galleasses and carracks; a classification of Tudor ships of war
Tudor ships of war
This page attempts to describe the different classifications of ships
of the Tudor Navy.
Line Drawings of ships of the 16th Century
by David Meagher
It would be appreciated if any inaccuracies, omissions, sources or suggestions
could be emailed to me at: firstname.lastname@example.org
A small sea-going sailing vessel, usually single masted, and flush decked.
Noted for their speed and manoeverability.
A small and light sea-going vessel, apparently a kind of sloop, much used
in the 15th and 16th centuries; .....without forecastle.
...1525...they knewe by theyr balengers that the armye
of Englande was comynge.
A small vessel equipped both for sailing and rowing, swifter
and more easily manoevred than larger ships, and hence employed for purposes
of piracy, espionage, reconnoitring etc...
...1580 ... A brigantine or ship sent out to espie.
....1611...a low, long, and swift sea vessel, bigger
than the fregat, and lesser than the foist, and hauing some 12 or 13 oares
on a side: we call it a Brigantine..
A large three or four masted ship, originally developed as
a merchantman in southern Europe. Characterized by deep draught, relatively
broad beam, and very high fore and aft castles.
A large ship of burden, also fitted for warfare, such as
those formerly used by the Portuguese in trading with the East Indies;
...1590... Spaine, who sent whole Armadoes of Carrects
discussion on Carrack vs Galleon
A small single masted vessel, normally used for trade. Designed
for maximum carrying capacity.
A large ship of Mediterranean origin, propelled by both oar
and sail. Obsolete by the mid-fifteenth century.
A very large mediaeval ship; ... used both in war or commerce...
...1611... A mightie Argosey, called a Dromond.
A large oared warship, also propelled by sail, usually three
masted, with a gun deck over the rowers' benches. A cross between a carrack
and a galley, it tended to suffer from the disadvantages of both.
A heavy low-built vessel, larger than a galley, impelled
both by sail and oars, chiefly employed in war...
...1642... (Sir W Monson Naval Tracts III (1704)
360/1) A Galiass is built...low and snug...and carries the Force of a Ship...the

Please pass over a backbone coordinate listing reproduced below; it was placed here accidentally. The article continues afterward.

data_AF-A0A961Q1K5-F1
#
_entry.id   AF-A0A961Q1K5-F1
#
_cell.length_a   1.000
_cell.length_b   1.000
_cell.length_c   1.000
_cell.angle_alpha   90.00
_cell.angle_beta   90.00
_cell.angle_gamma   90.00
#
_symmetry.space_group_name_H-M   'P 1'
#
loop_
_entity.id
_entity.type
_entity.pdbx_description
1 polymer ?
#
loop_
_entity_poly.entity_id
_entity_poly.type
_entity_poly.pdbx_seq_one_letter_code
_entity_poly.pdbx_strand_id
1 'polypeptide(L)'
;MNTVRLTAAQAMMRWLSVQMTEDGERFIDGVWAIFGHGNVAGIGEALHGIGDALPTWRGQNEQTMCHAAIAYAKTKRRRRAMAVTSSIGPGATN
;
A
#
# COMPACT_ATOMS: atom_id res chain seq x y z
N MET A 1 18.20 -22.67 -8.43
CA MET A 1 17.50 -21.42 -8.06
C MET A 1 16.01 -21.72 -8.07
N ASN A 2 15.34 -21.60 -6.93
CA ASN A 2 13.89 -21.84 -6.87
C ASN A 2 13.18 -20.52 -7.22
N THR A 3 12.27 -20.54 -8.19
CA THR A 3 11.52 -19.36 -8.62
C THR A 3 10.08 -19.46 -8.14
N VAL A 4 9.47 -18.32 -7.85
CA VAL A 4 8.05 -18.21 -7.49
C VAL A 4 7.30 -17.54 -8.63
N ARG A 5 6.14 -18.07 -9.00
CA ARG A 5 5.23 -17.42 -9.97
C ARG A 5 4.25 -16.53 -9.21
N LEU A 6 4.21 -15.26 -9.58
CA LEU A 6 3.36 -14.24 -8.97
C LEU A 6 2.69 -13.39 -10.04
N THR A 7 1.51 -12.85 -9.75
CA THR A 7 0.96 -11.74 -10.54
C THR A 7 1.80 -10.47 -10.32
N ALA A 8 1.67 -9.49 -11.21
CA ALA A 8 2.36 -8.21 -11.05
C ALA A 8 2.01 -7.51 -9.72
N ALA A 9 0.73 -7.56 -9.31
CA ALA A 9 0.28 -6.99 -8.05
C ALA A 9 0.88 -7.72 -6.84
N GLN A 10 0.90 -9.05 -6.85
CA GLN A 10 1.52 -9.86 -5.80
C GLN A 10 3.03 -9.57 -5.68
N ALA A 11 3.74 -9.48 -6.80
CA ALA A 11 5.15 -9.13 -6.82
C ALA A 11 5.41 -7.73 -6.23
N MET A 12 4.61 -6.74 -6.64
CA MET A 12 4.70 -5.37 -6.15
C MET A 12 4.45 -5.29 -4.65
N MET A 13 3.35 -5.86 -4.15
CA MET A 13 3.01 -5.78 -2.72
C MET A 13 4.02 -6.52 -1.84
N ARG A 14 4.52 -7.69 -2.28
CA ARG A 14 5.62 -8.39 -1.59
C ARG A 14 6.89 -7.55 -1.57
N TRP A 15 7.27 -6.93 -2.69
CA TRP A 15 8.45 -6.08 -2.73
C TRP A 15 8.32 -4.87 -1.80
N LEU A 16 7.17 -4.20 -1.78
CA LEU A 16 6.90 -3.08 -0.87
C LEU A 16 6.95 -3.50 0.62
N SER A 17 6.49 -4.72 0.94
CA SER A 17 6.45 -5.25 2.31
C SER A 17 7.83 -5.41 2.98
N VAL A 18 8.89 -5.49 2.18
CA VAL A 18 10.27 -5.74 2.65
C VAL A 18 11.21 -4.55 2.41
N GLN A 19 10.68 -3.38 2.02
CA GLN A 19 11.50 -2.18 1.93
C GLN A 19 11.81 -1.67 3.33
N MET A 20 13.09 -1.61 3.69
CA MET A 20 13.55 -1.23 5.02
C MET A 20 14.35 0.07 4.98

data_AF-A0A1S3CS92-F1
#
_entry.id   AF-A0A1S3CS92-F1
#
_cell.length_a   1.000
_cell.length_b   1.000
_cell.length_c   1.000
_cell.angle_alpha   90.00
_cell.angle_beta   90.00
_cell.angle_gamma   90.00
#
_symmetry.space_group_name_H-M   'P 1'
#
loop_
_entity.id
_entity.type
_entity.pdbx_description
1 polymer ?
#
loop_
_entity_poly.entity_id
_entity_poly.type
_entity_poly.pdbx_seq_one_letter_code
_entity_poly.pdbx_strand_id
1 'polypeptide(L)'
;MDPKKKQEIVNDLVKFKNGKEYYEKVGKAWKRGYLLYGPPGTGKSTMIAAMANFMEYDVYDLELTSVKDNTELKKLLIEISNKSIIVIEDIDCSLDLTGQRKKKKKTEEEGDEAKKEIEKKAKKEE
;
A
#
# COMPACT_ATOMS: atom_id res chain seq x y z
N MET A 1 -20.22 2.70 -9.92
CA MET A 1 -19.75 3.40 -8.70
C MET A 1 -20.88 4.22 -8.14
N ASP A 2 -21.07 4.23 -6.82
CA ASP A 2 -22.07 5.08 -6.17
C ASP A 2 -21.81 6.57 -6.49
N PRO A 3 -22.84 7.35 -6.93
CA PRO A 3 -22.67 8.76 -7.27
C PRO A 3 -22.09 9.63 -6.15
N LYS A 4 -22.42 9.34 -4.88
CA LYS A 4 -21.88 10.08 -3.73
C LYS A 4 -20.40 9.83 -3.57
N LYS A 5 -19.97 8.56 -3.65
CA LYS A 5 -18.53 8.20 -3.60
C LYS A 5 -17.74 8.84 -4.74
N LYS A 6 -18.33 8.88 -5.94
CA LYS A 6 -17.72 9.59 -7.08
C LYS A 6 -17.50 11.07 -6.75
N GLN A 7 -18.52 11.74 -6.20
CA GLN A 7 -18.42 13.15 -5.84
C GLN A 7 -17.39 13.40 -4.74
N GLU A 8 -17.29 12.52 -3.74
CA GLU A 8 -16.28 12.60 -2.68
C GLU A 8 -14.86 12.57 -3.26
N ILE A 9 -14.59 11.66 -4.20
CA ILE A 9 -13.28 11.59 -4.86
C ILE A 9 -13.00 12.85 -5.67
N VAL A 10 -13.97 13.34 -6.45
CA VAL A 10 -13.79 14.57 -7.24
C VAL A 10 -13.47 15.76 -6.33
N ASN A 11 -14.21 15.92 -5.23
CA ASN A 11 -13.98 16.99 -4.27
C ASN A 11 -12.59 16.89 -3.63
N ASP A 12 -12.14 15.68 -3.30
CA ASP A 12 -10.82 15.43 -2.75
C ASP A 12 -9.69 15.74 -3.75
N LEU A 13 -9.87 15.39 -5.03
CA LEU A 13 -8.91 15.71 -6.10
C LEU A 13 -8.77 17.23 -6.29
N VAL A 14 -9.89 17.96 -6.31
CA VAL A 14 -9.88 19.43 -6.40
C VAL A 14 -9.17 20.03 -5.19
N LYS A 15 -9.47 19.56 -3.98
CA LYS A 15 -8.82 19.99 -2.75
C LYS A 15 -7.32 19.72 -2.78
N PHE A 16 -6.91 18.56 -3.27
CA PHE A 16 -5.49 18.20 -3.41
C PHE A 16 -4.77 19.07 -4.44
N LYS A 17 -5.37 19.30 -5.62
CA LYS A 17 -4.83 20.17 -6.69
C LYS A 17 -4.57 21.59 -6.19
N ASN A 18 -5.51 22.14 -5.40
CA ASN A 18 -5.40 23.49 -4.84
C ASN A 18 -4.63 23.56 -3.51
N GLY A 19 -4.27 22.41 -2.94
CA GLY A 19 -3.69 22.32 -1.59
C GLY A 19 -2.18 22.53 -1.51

thing that gives her Advantage in Fight, is her oares.
A term with many meanings, but usually used to describe a
medium or large sailing ship, built flush decked and without castles. Galleons
were normally somewhat longer and narrower than carracks, and had superior
A kind of vessel, shorter but higher than a galley; a ship
of war, especially Spanish; also large vessels used by the Spaniards in
carrying on trade with their American possessions
...1608...Fortie or fiftie tall ships, whereof were four
of the kings greatest and warlikest gallions
some comments and an illustrationfrom
A lightly-built fighting ship, chiefly propelled by oars.
Galleys were fast and could move independantly of the wind, but they could
not carry heavy armament, and were at risk in rough weather.
A low flat-built sea-going vessel with one deck, propelled
by sails and oars, formerly in common use in the Mediterranean.
[no relevant example of usage]
A small vessel of 20-40 tons, usually fitted with two masts.
Every large warship had a pinnace as tender, which was usually towed behind
when not in use.
A small light vessel, generally two-masted, and schooner
rigged; often in attendance on a larger vessel as a tender, scout, etc...
...1569...The Shippes...were haled out by the Gallies
and other small pynnaces rowed with ores
The OED is challenged on the question of rigging by a
WWW correspondent, Bill Porter, who 'would have thought they'd have carried
lateens, and resemble what at a later date would be referred to as polacres'.
have you a working email address?)
Loades, David: The Tudor Navy Scolar Press,
Oxford English Dictionary, Second Edition.
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